Pulse-Press Project (P3)

Fig 2

In 2011 we initiated a long-term study to test hypotheses about how the MCM soil ecosystem will respond to climate-mediated changes to permafrost. Our objective was to simulate different frequencies of permafrost thawing events and characterize their associated impacts on soil communities and biogeochemical cycles. Because the top horizons of most MCM soils are dry permafrost (insufficient water content to generate ice-cement) with an ice table (ice-cement or massive buried ice) below 30cm, we predicted that permafrost thaw events would produce subsurface mobilization of water, biota and nutrients at the soil active layer. Therefore, to simulate permafrost thaw we constructed water injection sites across the top of a hillslope where we could introduce liquid water at the surface of the permafrost active layer and measure its effect on the soil environment as it moves (beneath the surface of the soil) downslope (Fig. 2). During the first weeks of January over the past six years we have applied 1500 liters of sterilized water to two 8 x 20 m plots adjacent to an un-manipulated reference plot. One plot gets water every year, and one plot gets water additions every other year to simulate a “press, and “pulse” type “disturbance”, respectively.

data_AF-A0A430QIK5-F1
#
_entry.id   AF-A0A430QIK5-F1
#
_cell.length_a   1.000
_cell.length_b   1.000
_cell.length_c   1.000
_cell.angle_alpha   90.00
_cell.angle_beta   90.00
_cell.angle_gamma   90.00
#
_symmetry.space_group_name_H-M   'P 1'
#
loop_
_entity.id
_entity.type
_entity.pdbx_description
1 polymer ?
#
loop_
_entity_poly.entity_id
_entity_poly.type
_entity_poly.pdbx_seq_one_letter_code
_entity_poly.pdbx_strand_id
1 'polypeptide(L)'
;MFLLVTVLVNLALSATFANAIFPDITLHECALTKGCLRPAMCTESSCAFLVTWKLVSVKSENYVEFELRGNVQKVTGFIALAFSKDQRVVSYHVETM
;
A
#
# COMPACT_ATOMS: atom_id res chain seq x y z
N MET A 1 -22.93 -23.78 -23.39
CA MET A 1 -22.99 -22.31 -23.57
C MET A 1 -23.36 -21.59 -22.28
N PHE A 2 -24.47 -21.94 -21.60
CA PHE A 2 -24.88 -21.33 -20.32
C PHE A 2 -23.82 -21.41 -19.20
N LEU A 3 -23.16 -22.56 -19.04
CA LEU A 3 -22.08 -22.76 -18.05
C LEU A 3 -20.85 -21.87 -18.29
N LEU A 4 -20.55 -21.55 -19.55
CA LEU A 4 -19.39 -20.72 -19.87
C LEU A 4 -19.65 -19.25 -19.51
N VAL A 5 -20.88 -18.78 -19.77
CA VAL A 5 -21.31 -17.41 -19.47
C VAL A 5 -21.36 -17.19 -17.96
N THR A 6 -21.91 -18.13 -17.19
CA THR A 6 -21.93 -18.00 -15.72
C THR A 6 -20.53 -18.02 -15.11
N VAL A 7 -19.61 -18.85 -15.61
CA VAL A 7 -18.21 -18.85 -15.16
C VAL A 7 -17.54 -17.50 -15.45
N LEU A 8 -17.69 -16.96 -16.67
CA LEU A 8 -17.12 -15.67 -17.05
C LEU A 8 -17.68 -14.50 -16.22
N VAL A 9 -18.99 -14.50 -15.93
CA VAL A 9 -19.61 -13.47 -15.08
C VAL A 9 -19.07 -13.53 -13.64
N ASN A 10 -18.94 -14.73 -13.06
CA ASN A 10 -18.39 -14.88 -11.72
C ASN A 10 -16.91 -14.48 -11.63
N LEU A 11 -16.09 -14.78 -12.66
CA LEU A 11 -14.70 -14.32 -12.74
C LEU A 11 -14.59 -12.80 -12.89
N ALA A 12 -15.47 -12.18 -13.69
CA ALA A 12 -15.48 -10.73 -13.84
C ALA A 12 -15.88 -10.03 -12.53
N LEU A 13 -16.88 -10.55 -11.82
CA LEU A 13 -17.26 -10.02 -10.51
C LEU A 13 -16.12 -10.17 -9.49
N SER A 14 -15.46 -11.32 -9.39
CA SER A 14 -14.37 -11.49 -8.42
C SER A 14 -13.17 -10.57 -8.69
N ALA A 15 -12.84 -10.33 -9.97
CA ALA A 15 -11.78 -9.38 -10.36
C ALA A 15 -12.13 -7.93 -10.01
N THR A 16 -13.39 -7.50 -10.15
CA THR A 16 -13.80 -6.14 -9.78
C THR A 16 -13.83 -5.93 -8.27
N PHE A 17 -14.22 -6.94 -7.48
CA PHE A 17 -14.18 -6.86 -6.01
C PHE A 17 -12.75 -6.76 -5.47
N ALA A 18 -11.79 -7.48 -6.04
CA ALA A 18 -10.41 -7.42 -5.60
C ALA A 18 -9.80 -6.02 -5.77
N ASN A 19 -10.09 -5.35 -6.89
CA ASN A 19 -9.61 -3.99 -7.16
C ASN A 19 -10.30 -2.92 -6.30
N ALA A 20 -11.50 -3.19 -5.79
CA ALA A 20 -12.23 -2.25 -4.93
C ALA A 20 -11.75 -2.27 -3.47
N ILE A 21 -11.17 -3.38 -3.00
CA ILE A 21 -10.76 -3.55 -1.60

We have found that simulated permafrost thaw increases soil water content but contrary to our predictions increased the heterogeneity in major ion content. Mixed linear effects models revealed significant, but subtle effects of simulated permafrost thaw on nematode populations. For example, there was a 2-way interaction between treatment*position in 2019 S. lindsayae populations (p<0.01), which is manifest as a decrease in S. lindsayae in soils with higher water content and most apparent in “press” plots. In contrast, Eudorylaimus spp. increased with higher water content in all plots, and decreased with increasing electrical conductivity. Changes in water content associated with interannual variation in snowpack and relative humidity exceed the treatment effects observed, especially in high snowpack years of 2014, 2017, and 2018. Moreover, treatments enhanced inter-annual variation in water content and solutes. These observed changes in soil water and solute chemistry influenced soil nematode and bacterial communities. Decreases in the dominant nematode Scottnema lindsayae were evident in the wettest patches of the press plots. In contrast, increases in the subordinate nematode Eudorylaimus spp. were observed in patches where soil water content had increased, as either a treatment effect or due to increased snowpack. The bacterial communities however, differed across the plots by distance from the trench and by year (p<0.001). Thus, while the effects of increased moisture are significant only at the patch scale for the nematode communities, significant differences among the bacterial communities are observed across the plots and between years. These results suggest domain-level differential responses to increased moisture and the resistance of soil nematode communities to water presses and pulses following a permafrost thaw simulation over the time scale of five years.